After that, who knows where I will go? I will see where life takes me. But I know that whatever I end up doing, it will be an amazing adventure.
Check back soon for more updates, including the War And Peace show which I am attending next week.
So, I have been home since January now. Nearly 6 months. Half a year. We are fast approaching a year since I left Korea. And I decided it was time for me to reflect on this. What do I think, having been out of ESL for a year now? What are my future plans?
I don’t think it is a secret to anyone that since leaving the world of ESL I haven’t coped with life in the West that well. Although I loved being in Canada, I couldn’t work there so that was never going to be a long term solution. Montreal is a fantastic place to be (Marta is currently back there, and although it isn’t in the best of circumstances, even she can’t deny it is a great place). The people I met in Canada were friendly and treated me well. But most importantly – it wasn’t “home”.
The biggest feeling I have had since leaving Korea all those months ago is one of not really belonging anymore. Home, or what was once home, doesn’t feel like it for me. At first, I assumed it was simply reverse culture-shock.. But after a year, and still feeling the same, I know that isn’t the case. I am a traveler at heart and being at home provides me with no adventure. I get up everyday, like many, and go through the motions. But I have seen a glimpse of something different and now there is no going back. I took the red pill, and leapt down the rabbit hole.
But in doing so, I discovered something wonderful. I discovered friends I never would have met otherwise who mean the world to me now. I discovered a way of doing a job that brings you joy everyday. A job that is always different, challenging but extremely rewarding. A way of life that is unique and a wonderful community of people to share that with. Given my chance to do the last year over, I wouldn’t change much. But if I had to make one change, it would be never leaving the world of ESL.
I miss it everyday, and though I enjoy my job now, it isn’t anywhere near what I felt doing ESL. I miss my friends, my little apartment. The ajumma at the corner store who gave me tomatoes one summer day because she had some spare. The ajusshi who ran a local glasses store, and provided Marta and I with the same service a year later. I miss coffees overlooking the city of Cheongju. I miss brunch with TJ. The smiles of my kids as they finally got that word right they’d been struggling with. Their enthusiasm for Sports Day. I miss never knowing what was going on.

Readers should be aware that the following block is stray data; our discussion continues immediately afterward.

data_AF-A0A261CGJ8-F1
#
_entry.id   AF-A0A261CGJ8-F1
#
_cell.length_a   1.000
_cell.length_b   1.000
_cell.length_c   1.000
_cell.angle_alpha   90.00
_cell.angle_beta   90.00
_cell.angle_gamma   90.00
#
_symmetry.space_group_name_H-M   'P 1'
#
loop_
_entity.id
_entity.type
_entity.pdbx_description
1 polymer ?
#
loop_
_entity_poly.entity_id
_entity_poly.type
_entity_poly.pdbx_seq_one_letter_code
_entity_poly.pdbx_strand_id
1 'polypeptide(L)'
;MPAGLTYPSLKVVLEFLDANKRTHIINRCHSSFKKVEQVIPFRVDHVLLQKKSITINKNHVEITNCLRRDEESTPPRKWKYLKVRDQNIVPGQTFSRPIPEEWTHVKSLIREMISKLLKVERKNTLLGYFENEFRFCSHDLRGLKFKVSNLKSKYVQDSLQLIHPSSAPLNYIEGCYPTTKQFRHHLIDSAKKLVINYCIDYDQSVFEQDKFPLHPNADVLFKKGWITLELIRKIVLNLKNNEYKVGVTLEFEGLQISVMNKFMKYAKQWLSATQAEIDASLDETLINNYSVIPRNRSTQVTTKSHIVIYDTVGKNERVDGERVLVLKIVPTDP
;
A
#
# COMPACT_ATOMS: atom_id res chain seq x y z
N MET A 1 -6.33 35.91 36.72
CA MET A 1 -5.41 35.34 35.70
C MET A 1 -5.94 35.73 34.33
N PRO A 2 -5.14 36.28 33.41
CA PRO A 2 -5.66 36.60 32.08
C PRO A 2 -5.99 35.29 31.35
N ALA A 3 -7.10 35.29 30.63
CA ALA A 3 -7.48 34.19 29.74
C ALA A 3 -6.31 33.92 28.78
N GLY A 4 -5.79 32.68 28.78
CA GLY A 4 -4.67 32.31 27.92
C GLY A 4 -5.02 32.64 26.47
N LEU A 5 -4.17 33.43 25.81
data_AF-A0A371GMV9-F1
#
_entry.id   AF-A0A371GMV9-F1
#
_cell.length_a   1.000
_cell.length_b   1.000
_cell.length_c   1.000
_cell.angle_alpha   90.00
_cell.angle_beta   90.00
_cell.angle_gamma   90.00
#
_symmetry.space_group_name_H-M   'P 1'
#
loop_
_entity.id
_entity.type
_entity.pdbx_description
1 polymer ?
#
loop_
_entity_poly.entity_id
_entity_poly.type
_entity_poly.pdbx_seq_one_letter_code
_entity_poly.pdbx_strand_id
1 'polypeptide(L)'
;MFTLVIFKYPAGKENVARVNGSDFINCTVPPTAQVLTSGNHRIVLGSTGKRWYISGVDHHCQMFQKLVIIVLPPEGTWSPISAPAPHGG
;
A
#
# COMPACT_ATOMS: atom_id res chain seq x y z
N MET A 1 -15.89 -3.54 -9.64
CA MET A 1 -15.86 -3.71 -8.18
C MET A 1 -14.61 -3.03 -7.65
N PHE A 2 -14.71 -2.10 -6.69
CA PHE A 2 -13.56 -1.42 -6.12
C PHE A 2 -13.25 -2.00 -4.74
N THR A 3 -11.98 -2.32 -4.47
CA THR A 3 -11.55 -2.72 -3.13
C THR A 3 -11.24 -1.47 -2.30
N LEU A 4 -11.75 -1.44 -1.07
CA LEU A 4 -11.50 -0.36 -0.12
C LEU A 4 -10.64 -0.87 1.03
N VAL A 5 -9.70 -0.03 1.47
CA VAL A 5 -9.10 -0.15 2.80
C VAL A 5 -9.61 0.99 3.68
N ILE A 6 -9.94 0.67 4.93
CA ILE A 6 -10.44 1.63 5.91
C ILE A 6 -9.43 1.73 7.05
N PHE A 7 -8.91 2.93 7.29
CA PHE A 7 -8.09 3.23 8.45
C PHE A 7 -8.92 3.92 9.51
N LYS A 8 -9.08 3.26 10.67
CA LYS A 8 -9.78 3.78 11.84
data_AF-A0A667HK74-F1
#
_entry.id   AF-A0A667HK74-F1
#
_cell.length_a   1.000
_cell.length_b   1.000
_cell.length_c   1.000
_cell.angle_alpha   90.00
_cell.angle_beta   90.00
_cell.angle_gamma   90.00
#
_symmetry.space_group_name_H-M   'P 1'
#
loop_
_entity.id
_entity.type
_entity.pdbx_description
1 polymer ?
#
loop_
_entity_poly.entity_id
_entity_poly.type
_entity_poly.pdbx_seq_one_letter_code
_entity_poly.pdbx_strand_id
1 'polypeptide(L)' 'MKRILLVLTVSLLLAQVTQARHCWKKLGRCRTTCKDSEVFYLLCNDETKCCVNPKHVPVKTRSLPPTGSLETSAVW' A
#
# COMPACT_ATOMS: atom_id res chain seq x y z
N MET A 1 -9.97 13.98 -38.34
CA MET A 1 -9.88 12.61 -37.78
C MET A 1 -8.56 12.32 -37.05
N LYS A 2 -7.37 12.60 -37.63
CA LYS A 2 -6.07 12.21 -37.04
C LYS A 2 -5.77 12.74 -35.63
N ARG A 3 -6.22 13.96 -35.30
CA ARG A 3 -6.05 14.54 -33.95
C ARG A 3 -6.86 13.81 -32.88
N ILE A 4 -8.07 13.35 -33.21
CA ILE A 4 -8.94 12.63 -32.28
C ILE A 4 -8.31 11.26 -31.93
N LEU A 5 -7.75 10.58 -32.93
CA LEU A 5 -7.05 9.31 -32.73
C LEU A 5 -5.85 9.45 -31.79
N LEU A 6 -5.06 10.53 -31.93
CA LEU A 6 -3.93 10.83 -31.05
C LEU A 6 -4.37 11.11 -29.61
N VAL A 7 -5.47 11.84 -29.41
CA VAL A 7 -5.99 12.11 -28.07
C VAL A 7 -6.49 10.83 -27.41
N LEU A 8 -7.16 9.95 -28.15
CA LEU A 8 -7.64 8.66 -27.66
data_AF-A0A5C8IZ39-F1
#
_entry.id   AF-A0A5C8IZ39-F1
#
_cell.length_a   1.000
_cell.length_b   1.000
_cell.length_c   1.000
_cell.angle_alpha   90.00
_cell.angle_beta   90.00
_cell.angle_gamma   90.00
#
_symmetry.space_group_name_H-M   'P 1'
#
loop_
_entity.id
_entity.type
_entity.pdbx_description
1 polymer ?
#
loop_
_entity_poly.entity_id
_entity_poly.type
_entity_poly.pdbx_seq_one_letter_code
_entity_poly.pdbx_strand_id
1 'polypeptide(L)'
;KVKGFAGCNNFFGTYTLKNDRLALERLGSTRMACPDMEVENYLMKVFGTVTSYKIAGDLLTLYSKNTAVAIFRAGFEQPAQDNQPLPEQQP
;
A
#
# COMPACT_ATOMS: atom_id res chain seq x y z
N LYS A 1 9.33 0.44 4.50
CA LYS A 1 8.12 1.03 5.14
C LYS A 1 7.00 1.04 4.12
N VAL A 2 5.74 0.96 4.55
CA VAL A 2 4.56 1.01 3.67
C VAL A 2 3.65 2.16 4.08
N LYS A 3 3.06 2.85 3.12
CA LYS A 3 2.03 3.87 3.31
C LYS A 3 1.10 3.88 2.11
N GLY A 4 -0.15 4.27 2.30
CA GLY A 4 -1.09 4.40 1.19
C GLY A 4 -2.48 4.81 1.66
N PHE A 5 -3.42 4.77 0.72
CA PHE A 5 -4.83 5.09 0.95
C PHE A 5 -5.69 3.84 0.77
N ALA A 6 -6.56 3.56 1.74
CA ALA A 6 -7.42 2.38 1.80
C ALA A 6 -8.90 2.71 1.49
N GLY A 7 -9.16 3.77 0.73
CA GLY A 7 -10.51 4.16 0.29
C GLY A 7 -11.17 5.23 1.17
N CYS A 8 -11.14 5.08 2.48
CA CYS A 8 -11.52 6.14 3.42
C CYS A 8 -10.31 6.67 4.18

I miss the life of the expat.
And friends – as great as it is being home, I count everyday down as one less until I can leave again. Once the travel bug bites you, and you experience that life, I honestly don’t think you can happily do anything else.
As a wiser person than I said, “I am not the same, having seen the moon shine on the other side of the world.”
Here it is. My second blog post within a week. Shocking I know, but I must keep a schedule if I am to write on here with any kind of regularity. So, as you may have guessed from my title, this post is about my future plans. And they fact that they have solidified. Yes. I have a plan for my future. And it does not involve some dull 9-5 lifestyle here in the UK. I have been home now for three months and, my dear reader, I am bloody miserable here. The weather is crap. My future prospects are crap. In short, the UK has more crap coming out of it than Donald Trump’s mouth.
Naturally, I can’t be dealing with this. I was lukewarm about coming back at best. In fact, the only good point is my family and friends (so shout out to you guys for being good enough to get me back to this place). What, you are most likely asking, is your plan then? Well, let me tell you. I plan to work here for the next year and a half (or so), save up money and then I am off back to the glorious world of ESL teaching in Vietnam.
I miss ESL a lot (a subject I plan to cover in another post), and to those of you who know me, this is probably not a surprise. I completely fell in love with Vietnam when I visited it last February. The only thing that worries me is that I might be here for a bit longer than a year and a half. But I am determined not to be. Well, a year and three-quarters is more accurate. I am trying my best to save around 40-50% of my pay every month. That is how determined I am to get out of here.